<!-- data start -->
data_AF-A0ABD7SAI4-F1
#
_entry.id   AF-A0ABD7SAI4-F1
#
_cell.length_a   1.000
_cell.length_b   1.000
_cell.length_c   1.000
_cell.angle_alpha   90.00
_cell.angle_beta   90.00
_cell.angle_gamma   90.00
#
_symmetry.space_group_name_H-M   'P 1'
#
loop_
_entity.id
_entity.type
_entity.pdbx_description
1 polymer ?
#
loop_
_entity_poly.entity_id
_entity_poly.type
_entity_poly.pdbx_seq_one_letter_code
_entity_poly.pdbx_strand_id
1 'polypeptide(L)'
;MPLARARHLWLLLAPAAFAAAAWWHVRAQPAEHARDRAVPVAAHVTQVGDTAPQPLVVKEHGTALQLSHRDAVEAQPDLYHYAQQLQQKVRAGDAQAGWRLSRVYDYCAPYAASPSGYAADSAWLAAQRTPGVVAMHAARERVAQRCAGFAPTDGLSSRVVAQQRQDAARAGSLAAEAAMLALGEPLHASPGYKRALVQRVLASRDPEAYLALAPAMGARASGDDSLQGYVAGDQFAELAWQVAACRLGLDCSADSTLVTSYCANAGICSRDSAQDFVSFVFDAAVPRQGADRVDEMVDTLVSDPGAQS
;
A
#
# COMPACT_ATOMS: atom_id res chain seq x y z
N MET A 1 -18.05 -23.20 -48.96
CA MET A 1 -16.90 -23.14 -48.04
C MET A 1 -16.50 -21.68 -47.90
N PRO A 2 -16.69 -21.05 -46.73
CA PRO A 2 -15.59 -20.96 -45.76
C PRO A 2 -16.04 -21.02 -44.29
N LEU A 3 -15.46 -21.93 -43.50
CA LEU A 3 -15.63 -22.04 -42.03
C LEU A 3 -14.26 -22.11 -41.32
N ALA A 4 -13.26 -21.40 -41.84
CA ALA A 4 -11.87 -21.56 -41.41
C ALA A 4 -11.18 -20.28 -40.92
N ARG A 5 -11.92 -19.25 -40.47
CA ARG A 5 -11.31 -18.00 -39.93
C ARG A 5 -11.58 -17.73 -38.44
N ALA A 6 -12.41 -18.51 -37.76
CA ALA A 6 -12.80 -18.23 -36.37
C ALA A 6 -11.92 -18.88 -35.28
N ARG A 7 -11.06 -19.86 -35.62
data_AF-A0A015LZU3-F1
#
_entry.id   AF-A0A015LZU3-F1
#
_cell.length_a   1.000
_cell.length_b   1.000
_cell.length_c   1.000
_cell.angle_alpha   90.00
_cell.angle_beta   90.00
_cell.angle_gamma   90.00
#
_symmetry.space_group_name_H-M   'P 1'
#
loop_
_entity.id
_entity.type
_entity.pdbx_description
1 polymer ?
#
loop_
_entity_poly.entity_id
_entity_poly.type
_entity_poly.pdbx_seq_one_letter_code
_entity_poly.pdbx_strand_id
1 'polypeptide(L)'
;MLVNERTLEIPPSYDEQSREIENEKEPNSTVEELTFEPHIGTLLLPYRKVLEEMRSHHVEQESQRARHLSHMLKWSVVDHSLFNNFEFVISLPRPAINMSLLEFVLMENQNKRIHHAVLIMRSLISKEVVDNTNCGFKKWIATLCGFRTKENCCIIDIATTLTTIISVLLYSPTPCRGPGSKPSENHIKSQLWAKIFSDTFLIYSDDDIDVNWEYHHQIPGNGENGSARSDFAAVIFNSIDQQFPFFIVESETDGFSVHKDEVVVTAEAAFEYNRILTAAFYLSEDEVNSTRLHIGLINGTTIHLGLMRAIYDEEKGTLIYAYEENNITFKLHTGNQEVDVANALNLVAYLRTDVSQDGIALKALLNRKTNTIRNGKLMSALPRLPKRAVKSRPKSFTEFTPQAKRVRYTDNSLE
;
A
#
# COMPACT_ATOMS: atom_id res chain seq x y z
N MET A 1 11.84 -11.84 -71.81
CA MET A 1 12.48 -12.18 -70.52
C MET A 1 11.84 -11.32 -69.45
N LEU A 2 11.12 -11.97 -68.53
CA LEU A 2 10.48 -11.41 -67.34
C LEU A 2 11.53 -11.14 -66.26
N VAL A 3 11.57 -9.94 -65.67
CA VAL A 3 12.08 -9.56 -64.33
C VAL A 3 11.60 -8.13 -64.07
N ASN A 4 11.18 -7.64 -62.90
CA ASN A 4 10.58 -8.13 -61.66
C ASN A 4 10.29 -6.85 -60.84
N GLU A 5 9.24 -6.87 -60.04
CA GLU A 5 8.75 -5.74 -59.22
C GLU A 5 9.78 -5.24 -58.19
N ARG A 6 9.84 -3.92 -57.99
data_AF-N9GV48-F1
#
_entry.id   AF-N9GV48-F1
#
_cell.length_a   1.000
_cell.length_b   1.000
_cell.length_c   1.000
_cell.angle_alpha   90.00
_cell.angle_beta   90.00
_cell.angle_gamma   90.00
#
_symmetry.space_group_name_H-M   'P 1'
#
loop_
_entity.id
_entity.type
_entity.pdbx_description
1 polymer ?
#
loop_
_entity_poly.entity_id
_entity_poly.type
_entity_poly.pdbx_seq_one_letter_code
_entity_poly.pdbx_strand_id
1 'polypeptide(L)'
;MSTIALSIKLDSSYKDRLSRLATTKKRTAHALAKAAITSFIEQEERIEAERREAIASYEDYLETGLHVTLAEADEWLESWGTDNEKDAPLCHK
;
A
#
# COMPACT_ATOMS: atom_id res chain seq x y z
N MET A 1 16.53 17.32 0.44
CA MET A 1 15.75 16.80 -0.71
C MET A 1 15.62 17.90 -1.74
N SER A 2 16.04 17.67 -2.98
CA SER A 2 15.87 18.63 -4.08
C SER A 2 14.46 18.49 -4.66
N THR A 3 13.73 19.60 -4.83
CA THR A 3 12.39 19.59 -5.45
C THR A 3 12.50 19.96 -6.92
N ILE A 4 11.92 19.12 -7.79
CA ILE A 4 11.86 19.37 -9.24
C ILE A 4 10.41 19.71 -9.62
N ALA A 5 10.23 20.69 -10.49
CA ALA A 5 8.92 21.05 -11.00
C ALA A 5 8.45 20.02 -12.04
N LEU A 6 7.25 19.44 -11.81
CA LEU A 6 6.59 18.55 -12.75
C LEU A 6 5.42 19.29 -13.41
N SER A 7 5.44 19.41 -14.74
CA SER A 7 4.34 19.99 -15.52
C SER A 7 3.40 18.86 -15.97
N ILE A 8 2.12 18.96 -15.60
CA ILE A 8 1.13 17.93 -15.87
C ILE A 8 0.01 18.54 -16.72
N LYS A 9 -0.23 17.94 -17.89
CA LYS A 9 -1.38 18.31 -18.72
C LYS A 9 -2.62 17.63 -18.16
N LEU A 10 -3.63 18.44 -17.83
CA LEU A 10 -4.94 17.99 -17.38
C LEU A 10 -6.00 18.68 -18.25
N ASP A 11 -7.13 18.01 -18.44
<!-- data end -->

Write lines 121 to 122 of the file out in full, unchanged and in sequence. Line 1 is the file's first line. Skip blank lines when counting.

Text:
;MSTIALSIKLDSSYKDRLSRLATTKKRTAHALAKAAITSFIEQEERIEAERREAIASYEDYLETGLHVTLAEADEWLESWGTDNEKDAPLCHK
;